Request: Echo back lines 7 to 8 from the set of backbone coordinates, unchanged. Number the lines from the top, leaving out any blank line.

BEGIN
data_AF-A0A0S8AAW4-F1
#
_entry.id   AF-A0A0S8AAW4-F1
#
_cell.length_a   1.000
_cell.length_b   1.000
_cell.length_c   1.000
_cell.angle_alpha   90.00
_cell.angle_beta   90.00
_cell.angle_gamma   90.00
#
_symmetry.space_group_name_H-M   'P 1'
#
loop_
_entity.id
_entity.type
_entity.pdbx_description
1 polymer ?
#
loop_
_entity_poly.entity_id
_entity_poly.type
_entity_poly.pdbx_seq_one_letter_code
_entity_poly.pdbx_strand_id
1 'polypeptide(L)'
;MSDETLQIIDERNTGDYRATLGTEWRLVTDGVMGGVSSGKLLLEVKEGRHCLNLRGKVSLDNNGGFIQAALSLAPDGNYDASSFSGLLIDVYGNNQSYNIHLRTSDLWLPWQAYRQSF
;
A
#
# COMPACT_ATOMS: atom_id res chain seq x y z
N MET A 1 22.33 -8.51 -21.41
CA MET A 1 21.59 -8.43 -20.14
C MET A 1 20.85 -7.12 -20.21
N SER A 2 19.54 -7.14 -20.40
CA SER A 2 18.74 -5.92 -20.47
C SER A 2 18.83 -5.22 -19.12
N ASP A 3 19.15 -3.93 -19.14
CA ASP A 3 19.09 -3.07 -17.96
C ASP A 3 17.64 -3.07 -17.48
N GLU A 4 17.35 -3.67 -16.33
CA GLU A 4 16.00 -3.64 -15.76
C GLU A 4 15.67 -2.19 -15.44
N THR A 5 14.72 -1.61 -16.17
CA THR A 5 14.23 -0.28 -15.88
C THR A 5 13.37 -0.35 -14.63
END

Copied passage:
_cell.length_c   1.000
_cell.angle_alpha   90.00